Wednesday, December 2, 2009


grey whiteness of fog against invisible

top of ridge, motion of shadowed leaves

in foreground, sound of wave in channel

side of charged part, that

in other cases space

causes another event, that

point, in this light

line of white cloud to the left of point,

tree-lined green of ridge across from it


  1. Steve,

    Following along with these, and marveling at the capacity of this sequence to capture and incorporate elements of repetition with elements of flow, I'd be interested to know how you hit on this formal division into "nines". Obviously this set of units and groups has a balance and fluency that works for you, compositionally, and too it works for the reader, as one settles into the procedure. I wonder, for example, if you see the aymmetrical weighting of the first triplet as a sort of loading, or set-up, like an establishing shot?

    (Forgive the technical question; the senses of personal nostalgia/loss in revisiting these familiar landscapes of yours makes these poems immensely powerful for me in "private" ways that in turn make me want to put on the brakes a bit and understand the distancing mechanisms...curious how the illuminated observation can be "read" as elegiac in this closed context... excuse the autobiographical irrelevance here... but I suppose that's what bloggers predictably do, isn't it, blurt?)

  2. Tom, Thanks so much for this, which I've just now found -- yours is maybe the first such comment ever to 'appear' here (!) Very good to read/ hear your sense of "illuminated observation" (of the things out there, I think you mean) and "elegiac in this closed context" (yes! before they all disappear, or change into other things to be seen/heard), also "the capacity . . . to capture and incorporate elements of repetition w/ elements for flow". . . . Meanwhile, finding the "nines" was more or less an accident -- one I've been working at now for some 1,600 pages or so, so things have settled into some kind of a 'pattern' it seems (one that keeps evolving in some kind of microtonal level. . . .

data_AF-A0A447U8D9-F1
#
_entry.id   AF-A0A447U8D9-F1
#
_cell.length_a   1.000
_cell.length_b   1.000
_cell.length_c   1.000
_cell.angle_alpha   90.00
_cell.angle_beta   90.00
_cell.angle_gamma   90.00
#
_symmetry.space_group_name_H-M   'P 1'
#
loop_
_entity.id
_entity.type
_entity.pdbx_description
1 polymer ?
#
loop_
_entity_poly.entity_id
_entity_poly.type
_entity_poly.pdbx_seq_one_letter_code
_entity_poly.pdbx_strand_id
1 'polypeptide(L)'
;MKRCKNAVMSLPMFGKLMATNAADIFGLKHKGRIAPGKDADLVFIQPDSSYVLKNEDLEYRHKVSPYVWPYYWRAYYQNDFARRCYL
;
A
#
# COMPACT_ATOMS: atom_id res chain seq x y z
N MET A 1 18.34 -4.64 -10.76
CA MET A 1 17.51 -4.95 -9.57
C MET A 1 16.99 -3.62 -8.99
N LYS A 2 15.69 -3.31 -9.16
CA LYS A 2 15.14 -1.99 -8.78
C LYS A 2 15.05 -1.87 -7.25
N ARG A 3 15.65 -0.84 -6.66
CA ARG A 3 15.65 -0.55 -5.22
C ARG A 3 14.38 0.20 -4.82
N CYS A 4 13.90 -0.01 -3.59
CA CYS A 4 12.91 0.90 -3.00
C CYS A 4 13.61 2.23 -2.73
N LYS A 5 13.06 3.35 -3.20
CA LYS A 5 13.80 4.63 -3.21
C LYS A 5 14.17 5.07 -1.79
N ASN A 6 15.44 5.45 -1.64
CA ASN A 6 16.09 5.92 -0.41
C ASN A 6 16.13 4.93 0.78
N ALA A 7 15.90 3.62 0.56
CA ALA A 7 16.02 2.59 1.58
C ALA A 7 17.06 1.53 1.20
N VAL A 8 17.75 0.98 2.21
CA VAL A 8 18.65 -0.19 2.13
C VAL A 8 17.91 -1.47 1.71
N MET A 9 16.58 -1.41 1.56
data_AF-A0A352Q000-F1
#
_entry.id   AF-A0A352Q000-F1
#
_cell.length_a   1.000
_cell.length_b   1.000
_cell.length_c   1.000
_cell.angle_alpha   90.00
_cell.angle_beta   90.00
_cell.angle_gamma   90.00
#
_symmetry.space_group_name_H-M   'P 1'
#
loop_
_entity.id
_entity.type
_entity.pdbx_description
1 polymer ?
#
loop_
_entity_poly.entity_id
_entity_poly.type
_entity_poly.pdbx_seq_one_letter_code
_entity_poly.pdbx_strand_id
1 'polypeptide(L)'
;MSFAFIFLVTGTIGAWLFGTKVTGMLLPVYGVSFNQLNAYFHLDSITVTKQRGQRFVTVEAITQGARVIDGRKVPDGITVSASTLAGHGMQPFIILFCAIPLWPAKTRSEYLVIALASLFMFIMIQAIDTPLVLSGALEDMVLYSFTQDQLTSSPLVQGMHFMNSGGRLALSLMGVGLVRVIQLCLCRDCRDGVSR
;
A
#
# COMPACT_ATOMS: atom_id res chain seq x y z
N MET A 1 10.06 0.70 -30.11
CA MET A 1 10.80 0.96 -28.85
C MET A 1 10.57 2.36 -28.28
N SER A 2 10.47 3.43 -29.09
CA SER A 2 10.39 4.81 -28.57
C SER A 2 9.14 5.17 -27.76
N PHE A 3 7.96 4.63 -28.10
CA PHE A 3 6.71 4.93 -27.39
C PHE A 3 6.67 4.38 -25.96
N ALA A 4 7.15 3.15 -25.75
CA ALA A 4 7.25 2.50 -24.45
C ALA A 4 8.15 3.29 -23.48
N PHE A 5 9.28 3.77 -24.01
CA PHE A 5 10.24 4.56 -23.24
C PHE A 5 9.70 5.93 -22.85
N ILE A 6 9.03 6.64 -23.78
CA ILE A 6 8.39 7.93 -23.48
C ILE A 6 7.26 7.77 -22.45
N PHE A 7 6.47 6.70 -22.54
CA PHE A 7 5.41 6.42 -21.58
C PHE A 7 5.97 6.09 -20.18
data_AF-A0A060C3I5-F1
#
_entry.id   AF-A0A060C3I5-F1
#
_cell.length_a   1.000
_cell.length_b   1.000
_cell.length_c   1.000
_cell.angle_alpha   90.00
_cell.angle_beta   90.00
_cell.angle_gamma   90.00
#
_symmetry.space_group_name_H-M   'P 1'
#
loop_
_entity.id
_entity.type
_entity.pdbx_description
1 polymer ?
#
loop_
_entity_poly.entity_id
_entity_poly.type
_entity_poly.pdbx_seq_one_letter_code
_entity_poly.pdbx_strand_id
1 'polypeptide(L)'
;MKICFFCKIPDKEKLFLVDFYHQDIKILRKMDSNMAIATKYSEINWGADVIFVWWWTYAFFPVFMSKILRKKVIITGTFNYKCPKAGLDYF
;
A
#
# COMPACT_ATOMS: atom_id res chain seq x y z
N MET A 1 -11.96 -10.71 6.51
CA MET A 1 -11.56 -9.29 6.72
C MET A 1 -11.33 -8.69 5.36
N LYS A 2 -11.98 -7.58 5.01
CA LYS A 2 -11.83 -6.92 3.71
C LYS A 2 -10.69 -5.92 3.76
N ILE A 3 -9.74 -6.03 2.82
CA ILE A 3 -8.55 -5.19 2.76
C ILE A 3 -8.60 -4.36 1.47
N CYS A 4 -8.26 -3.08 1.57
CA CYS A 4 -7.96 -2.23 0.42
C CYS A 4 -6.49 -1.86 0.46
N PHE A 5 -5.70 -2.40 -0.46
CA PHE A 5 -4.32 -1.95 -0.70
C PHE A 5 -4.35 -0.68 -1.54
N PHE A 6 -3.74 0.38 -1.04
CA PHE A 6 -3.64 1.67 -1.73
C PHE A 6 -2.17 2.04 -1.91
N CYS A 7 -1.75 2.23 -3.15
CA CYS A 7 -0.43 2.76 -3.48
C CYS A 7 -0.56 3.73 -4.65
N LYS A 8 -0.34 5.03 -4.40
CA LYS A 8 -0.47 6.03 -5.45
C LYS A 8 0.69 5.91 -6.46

3. Thank you, Steve. The beautiful dailiness of this does indeed build a sense of a regularity of pattern, like breathing -- seeming thus at once thoughtless, necessary, inevitable, and (almost) "no big deal". I feel what you mean about "micro-tonal", those shifts and nuances are the rewards and pleasures that accompany the constancy. The changing and returning over time, the "evolving" within the established rhythm... a life also is a "page" of a kind, maybe; perhaps counted; but then again, also having a form that seems beyond number, or anyway in some palpable sense curiously numberless.

  4. Thanks for this Tom, nice to think that someone is reading and/or actually thinking about all this. There's something that seems to take place ('happen') over an extent of time (in the work, reading it (maybe), certainly in writing it, that doesn't take place or 'happen' in any one piece of it -- one page alone is a small part of the coast line, a few feet or steps or yards, one can't begin 'see' the whole picture until one goes on for a while. But who can or would do that? I once did a reading (June '08, UC Davis) of all of HUMAN / NATURE -- 1,000 pages, 14 hours (4pm - 6 am) and somewhere in the middle of the night I was the only person awake in the room (everyone else snoring) -- 'marathon' event, completely different sense of the work.

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